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‘Make Clare a world-leader by amending taxation policies to make rural living sustainable’

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*Doolin. Photograph: John Mangan

Future personal taxation policies are needed to cater for balanced regional development within the island of Ireland.

Use of CSO figures and statutory tools such as the Pobal HP Deprivation Index was requested by Cllr Cillian Murphy (FF) “to create future personal taxation policies that will positively discriminate towards those choosing to live in on a permanent basis”. He put the motion to Clare County Council before COVID-19 disrupted activity within the local authority.

“Ask anyone in rural parts of the county and within minutes they will tell you that there are fewer young people living in their communities, parish priests will tell you there are fewer children being baptised, and even allowing for a change in religious uptake, the fact schools are closing down or amalgamating shows it is due to low numbers of children, at this point our communities are now unsustainable in the medium term,” he stated.

Reducing amount of services is leading to increased levels of disadvantage, the Kilkee representative cautioned. Up to €1bn had been committed by the Government under the RRDF up to 2027, the global pandemic may alter such goals. The rural strategy within Co Clare had targeted creating 4000 jobs.

He continued, “I firmly believe that job creation in rural areas will not address the depopulation issue. In Doonbeg, one young man has created a significant business, with approx 23 jobs, yet almost all of them live in Ennis or Shannon. Kilrush is one of the most disadvantaged towns in Ireland, yet there are many hundreds of jobs in the town. My colleague Cllr Lynch works for a company in Kilmihil, with over 140 people working for them, yet Kilmihil itself has seen significant depopulation. If job creation was the metric for success these places would be gold medal winners, but if we look at population trends they are all being hollowed out and becoming more and more marginalised. The solution isn’t jobs, its people”.

An incentive for young people to live in rural communities on a permanent basis is part of the solution according to Cllr Murphy. “This should be a targeted and tiered measure, using existing government statistics gathered through the CSO and utilising the POBAL affluence and deprivation Indices to determine where it would apply, and the scale of relief that would be applied, the more deprived an areas is deemed to be by Pobal, the higher scale of tax relief would be allowable”.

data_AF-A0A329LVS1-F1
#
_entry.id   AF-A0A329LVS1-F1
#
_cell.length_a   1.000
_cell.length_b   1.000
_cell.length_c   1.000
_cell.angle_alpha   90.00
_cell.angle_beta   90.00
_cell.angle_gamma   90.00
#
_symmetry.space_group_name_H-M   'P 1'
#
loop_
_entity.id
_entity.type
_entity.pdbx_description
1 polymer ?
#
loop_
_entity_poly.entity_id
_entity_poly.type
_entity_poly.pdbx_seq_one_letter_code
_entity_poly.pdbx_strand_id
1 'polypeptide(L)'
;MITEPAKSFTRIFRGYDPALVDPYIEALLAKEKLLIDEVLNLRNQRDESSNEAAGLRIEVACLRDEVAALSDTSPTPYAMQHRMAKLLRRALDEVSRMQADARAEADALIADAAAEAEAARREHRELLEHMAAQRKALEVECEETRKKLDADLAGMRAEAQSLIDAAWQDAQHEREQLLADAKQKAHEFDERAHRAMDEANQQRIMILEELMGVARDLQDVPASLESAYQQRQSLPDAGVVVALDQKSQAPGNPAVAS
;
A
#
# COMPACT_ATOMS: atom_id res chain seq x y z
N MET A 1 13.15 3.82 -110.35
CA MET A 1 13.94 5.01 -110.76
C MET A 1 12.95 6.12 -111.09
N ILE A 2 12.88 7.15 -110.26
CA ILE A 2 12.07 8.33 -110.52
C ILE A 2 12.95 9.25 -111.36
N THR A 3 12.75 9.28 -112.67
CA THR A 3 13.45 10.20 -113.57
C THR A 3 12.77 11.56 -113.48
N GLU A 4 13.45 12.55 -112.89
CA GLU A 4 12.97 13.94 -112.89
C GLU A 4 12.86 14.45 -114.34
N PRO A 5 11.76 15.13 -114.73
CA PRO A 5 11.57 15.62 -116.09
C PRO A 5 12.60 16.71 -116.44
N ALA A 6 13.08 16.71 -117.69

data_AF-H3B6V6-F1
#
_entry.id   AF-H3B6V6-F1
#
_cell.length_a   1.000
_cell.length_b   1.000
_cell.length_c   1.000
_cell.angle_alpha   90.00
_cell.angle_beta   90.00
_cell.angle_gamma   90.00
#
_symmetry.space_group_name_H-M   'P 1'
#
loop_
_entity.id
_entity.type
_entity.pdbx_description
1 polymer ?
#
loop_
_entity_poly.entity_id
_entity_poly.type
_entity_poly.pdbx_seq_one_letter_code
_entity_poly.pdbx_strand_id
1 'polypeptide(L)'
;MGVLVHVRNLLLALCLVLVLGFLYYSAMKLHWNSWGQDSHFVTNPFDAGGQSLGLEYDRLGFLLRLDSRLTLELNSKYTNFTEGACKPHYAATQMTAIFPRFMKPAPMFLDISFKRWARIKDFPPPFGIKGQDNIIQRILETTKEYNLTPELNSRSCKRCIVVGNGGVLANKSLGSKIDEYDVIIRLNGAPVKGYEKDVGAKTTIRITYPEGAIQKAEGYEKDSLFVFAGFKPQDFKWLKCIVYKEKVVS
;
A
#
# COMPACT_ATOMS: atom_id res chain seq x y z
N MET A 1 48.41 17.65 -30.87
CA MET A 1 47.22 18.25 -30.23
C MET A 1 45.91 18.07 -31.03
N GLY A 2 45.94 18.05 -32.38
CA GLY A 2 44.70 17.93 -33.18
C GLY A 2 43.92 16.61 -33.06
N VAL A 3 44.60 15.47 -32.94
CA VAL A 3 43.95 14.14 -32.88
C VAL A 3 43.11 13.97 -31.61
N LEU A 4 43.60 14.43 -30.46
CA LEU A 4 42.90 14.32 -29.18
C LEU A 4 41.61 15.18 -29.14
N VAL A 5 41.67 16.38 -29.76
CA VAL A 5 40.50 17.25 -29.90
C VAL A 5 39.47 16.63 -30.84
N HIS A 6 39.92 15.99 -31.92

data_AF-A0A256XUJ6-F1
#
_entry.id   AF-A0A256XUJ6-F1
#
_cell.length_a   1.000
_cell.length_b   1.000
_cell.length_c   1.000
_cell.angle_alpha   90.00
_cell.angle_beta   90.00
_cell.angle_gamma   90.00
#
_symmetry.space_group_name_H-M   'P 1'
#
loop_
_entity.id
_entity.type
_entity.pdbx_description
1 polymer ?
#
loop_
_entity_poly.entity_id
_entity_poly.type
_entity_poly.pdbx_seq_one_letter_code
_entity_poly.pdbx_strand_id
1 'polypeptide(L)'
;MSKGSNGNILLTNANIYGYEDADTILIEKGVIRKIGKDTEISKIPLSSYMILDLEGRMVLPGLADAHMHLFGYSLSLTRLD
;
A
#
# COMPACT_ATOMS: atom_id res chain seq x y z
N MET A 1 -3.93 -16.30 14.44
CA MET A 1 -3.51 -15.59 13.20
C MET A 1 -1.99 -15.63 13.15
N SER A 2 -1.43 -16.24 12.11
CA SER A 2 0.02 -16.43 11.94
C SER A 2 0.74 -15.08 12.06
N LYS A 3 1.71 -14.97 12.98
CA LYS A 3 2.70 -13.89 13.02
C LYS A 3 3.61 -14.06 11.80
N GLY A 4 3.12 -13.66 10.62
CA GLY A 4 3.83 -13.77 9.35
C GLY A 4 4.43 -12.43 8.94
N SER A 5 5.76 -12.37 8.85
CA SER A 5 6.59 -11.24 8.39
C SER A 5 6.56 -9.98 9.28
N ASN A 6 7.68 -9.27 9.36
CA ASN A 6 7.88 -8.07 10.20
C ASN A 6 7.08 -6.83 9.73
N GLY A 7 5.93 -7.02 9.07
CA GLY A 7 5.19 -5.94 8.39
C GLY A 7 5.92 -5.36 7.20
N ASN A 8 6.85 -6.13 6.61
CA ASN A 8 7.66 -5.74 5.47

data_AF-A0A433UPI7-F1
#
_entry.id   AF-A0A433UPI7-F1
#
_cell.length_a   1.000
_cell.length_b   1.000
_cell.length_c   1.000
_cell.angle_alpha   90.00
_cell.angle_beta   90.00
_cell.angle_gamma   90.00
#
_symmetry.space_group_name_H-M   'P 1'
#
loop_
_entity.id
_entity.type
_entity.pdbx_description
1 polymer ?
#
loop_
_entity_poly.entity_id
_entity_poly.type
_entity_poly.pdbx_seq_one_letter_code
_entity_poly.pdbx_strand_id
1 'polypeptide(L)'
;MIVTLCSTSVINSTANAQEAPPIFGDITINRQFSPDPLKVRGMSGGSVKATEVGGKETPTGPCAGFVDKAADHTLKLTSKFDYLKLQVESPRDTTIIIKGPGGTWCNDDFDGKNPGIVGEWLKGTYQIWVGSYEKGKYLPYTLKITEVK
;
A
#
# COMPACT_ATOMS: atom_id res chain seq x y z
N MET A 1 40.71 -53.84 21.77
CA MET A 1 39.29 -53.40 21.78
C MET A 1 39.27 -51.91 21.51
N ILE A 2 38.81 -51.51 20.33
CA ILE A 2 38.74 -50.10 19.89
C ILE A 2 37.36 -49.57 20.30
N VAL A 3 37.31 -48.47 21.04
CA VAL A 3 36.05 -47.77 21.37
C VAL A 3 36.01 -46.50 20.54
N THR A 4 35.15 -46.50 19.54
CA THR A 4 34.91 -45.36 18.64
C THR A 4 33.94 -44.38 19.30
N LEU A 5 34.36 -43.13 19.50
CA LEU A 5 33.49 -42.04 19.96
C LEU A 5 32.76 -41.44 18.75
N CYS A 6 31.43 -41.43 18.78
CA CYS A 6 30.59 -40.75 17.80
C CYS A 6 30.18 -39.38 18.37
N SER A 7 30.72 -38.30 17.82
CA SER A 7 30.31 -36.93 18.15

Cllr Cillian Murphy. Photograph by Eamon Ward

Making the policy based around income tax, “it will appeal most to that demographic so badly needed in our disadvantaged communities, those of working age, with reasonably good jobs, who are also most likely to have children that will keep our schools open and be actively involved in other community activities,” he maintained.

Long-serving councillor, Pat McMahon (FF) seconded the motion. He praised his colleague for an innovative approach. The Newmarket-on-Fergus representative was reminded of an edition of Lonely Plant in the past decade which “encouraged people to visit local pubs to meet local people”. He added, “We could be the first country in the world to change the stampede”.

Chairperson of the Rural Development Strategic Policy Committee, Cllr Pat Hayes (FF) committed to bringing the motion further to see if a pilot could be put in place. “Innovation has been lacking from our politicians at a national level for a long time. The next generation are moving at a fast pace, they are moving onto third education and not coming back”.

North Clare representative, Cllr Roisin Garvey (GP) questioned if the idea was achievable. She believed RRDF funding provided benefits through Greenways. “I like to focus on what is achievable, if I thought it was I would do everything I could to support it. I don’t know if it is realistic because it hasn’t been done. Greenways solve all the problems, let’s focus on things that are achievable”.

Her comments drew a reaction from Cllr Gerry Flynn (IND). “I know how West Clare has been deprived of services. People are now making a choice, they are following the services. If the Green Party had their way we’d be back to sandals and sand cloths”.

A dare to dream approach was backed by Cllr Joe Killeen (FF), “Sometimes you have to shoot the breeze and think outside the box. Why not go for it and see how it will work out”. Similar views were expressed by Cllr Joe Garrihy (FG), “It has been done in the past as tax incentives. There is a precedent there that we built thousands of holiday homes along the coastline”. “I believe Norway has done this,” Cllr Clare Colleran Molloy (FF) interjected.

Director of Service, Leonard Cleary confirmed a similar programme was implemented in Longford and Roscommon for rural development. He believed the idea needed further consideration.

Detail of the motion has already been passed up within the ranks of Fianna Fáil, Cllr Murphy confirmed as he stressed it wasn’t stirring an urban versus rural debate. “We shouldn’t be worried if we’re the first in the world”.

Páraic McMahon is Head of News & Sport with The Clare Echo. The Newmarket-on-Fergus native also writes for national papers including The Irish Examiner, The Irish Independent and The Irish Times along with doing work for RTÉ, Today FM, and A graduate of Mary Immaculate College, Páraic was previously employed by The Clare Herald and Clare FM. If you have a story, tip or some feedback for him then send an email to -

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